The white supremacist who killed Labour MP Jo Cox has been given a whole life sentence after being found guilty of the “terrorist” murder.
A Jury at the Old Bailey took around an hour and a half to convict Thomas Mair of the killing along with causing grievous bodily harm to a passer-by who was stabbed when he came to Cox’s aid, possession of a firearm with intent and possession of a dagger.
The CPS said Mair had been “motivated by hate, his pre-meditated crimes were nothing less than acts of terrorism designed to advance his twisted ideology”.
The 53-year-old offered no evidence in his defence and gave no reaction to the verdicts as Cox’s family sat in silence in the packed courtroom.
Judge Mr Justice Wilkie said there was no doubt the murder was because of white supremacy.
“You are no patriot,” Wilkie told him. “By your actions you have betrayed the quintessence of our country: its adherence to parliamentary democracy.”
He added: “It is clear ... that your inspiration is not love of country or your fellow citizens, it is an admiration for Nazism and similar anti-democratic white supremacist creeds.”
Mair’s lawyer asked the judge if Mair could address the court but was refused.
Jo’s husband, Brendan Cox told the Old Bailey he was not there for “retribution” and felt “nothing but pity for” Mair who he described as “cowardice personified”.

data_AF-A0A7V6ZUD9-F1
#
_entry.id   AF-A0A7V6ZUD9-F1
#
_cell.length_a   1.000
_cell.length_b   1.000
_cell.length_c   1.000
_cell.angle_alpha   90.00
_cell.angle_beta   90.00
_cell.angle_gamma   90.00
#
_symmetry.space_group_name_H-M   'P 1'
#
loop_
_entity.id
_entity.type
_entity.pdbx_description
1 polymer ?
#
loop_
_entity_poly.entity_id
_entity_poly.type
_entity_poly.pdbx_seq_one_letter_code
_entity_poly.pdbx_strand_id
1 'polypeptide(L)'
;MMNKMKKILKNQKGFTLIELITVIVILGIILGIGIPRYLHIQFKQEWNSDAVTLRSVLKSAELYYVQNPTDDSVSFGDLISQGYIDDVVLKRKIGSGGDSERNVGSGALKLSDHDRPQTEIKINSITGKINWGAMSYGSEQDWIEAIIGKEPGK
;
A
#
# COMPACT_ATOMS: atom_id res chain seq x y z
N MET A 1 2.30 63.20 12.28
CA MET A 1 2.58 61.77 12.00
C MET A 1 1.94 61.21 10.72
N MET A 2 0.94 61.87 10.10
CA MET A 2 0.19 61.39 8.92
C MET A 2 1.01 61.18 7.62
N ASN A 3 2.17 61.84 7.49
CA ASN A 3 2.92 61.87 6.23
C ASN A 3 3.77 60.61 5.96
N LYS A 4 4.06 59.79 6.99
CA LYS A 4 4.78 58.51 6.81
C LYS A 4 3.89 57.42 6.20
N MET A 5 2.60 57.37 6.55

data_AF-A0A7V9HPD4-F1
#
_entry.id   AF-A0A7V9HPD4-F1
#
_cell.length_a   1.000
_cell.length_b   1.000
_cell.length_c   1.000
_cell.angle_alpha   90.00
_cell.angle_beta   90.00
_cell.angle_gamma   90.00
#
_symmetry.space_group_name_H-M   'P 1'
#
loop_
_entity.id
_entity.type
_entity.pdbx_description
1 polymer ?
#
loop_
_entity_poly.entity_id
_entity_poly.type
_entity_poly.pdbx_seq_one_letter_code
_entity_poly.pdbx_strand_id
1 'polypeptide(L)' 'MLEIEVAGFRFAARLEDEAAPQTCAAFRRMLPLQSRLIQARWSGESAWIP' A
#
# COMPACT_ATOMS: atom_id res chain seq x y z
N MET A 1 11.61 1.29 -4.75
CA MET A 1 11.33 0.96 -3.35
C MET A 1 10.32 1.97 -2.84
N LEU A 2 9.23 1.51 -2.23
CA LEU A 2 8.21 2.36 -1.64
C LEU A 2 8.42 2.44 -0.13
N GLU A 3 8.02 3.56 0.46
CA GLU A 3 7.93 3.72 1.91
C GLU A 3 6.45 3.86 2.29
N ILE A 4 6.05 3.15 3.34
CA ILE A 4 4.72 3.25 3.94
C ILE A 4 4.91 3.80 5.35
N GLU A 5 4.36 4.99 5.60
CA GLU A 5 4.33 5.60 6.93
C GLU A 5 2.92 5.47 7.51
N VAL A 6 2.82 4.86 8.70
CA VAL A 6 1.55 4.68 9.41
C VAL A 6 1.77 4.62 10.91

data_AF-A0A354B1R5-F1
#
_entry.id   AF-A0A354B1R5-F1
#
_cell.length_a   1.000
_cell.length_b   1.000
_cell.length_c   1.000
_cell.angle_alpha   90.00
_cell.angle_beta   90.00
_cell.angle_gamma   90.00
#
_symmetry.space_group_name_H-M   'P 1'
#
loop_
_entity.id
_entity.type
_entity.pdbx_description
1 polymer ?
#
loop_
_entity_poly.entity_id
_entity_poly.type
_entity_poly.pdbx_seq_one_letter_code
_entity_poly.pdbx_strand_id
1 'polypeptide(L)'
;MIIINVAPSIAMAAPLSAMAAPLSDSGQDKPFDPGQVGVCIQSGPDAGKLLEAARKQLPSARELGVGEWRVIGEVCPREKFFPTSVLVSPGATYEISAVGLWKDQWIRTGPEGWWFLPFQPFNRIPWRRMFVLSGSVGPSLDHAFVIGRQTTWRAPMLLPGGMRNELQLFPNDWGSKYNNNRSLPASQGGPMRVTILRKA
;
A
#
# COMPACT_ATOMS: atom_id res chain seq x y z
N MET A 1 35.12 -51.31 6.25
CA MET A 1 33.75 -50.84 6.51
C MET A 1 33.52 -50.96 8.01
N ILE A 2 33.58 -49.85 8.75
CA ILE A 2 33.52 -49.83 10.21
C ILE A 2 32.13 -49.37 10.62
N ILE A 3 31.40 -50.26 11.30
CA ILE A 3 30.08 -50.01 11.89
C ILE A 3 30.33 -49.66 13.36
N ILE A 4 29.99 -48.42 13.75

In a statement he said: “The killing was in my view a political act and an act of terrorism. An act driven by hatred which has instead promoted an outpouring of love.”
Mair shot and stabbed the mother-of-two as she arrived at Birstall library in West Yorkshire for a surgery on June 16, a week before the EU referendum.
The defendant, who shouted “Britain first”, had a stash of neo-Nazi material at his home and had collected a dossier on his 41-year-old Remain campaigning MP, the Old Bailey heard during his trial.
At the conclusion of the prosecution case on Tuesday, Mair’s lawyer Simon Russell Flint QC, called no evidence on behalf of Mair, of Birstall.
Addressing the jury before they retired, Russell Flint said: “It is you and you alone who have been charged with the responsibility of determining what are the true verdicts on each of the counts on the indictment.”
He added: “You and you alone will determine whether Thomas Mair can return to his quiet and solitary existence or will be forever remembered as the man who assassinated Jo Cox.”
Mair had denied all the charges he faced.
Charity Hope not Hate said Mair had been “influenced and inspired by race hate theories of violent race war which entered Britain in the 1990s”.
It said Mair was not “unique” in his offending as at least 48 other far-right activists and supporters had been convicted of terrorism related offences during the past 16 years.
Hope not Hate’s Nick Lowes said: “Thomas Mair acted alone but he was inspired by over 30 years of reading Nazi propaganda.
“In targeting a British MP, Mair was following a growing list of British nazi terrorists who believe that they are at war with the system. This ideology, which sees the state - and in particular liberal politicians - as more of a target than minorities, became dominant among UK nazis in the 1990s and remains a strong pillar of their thinking today.”